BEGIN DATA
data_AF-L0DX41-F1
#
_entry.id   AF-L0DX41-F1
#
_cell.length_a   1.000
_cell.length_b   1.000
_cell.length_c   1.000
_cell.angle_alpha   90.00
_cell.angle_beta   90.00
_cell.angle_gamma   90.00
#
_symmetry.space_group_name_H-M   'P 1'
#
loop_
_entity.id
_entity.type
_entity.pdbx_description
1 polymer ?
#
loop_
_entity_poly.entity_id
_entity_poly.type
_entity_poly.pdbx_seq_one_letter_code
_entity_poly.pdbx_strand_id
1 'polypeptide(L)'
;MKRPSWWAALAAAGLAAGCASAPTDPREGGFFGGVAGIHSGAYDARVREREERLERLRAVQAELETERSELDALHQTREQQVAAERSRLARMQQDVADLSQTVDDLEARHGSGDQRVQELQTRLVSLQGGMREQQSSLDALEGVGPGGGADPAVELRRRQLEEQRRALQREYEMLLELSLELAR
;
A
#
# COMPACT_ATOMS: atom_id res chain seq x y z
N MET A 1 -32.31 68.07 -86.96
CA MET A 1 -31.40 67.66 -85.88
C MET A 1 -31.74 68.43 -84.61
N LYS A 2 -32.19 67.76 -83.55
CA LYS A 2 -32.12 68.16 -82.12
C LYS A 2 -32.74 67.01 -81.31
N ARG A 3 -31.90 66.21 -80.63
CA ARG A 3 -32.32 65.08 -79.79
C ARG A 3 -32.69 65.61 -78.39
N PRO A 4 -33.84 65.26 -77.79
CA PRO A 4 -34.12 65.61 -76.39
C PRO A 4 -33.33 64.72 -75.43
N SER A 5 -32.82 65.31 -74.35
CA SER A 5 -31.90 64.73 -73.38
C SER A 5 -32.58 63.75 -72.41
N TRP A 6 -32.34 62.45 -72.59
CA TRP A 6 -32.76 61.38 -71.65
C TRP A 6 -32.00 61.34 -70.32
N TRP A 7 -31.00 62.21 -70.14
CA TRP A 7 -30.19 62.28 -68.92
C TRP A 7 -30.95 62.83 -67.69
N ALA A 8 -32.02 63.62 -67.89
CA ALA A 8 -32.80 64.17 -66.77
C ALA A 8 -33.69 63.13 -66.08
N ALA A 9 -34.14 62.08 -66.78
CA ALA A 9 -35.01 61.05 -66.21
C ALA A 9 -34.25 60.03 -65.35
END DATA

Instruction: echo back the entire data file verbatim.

data_AF-L0DX41-F1
#
_entry.id   AF-L0DX41-F1
#
_cell.length_a   1.000
_cell.length_b   1.000
_cell.length_c   1.000
_cell.angle_alpha   90.00
_cell.angle_beta   90.00
_cell.angle_gamma   90.00
#
_symmetry.space_group_name_H-M   'P 1'
#
loop_
_entity.id
_entity.type
_entity.pdbx_description
1 polymer ?
#
loop_
_entity_poly.entity_id
_entity_poly.type
_entity_poly.pdbx_seq_one_letter_code
_entity_poly.pdbx_strand_id
1 'polypeptide(L)'
;MKRPSWWAALAAAGLAAGCASAPTDPREGGFFGGVAGIHSGAYDARVREREERLERLRAVQAELETERSELDALHQTREQQVAAERSRLARMQQDVADLSQTVDDLEARHGSGDQRVQELQTRLVSLQGGMREQQSSLDALEGVGPGGGADPAVELRRRQLEEQRRALQREYEMLLELSLELAR
;
A
#
# COMPACT_ATOMS: atom_id res chain seq x y z
N MET A 1 -32.31 68.07 -86.96
CA MET A 1 -31.40 67.66 -85.88
C MET A 1 -31.74 68.43 -84.61
N LYS A 2 -32.19 67.76 -83.55
CA LYS A 2 -32.12 68.16 -82.12
C LYS A 2 -32.74 67.01 -81.31
N ARG A 3 -31.90 66.21 -80.63
CA ARG A 3 -32.32 65.08 -79.79
C ARG A 3 -32.69 65.61 -78.39
N PRO A 4 -33.84 65.26 -77.79
CA PRO A 4 -34.12 65.61 -76.39
C PRO A 4 -33.33 64.72 -75.43
N SER A 5 -32.82 65.31 -74.35
CA SER A 5 -31.90 64.73 -73.38
C SER A 5 -32.58 63.75 -72.41
N TRP A 6 -32.34 62.45 -72.59
CA TRP A 6 -32.76 61.38 -71.65
C TRP A 6 -32.00 61.34 -70.32
N TRP A 7 -31.00 62.21 -70.14
CA TRP A 7 -30.19 62.28 -68.92
C TRP A 7 -30.95 62.83 -67.69
N ALA A 8 -32.02 63.62 -67.89
CA ALA A 8 -32.80 64.17 -66.77
C ALA A 8 -33.69 63.13 -66.08
N ALA A 9 -34.14 62.08 -66.78
CA ALA A 9 -35.01 61.05 -66.21
C ALA A 9 -34.25 60.03 -65.35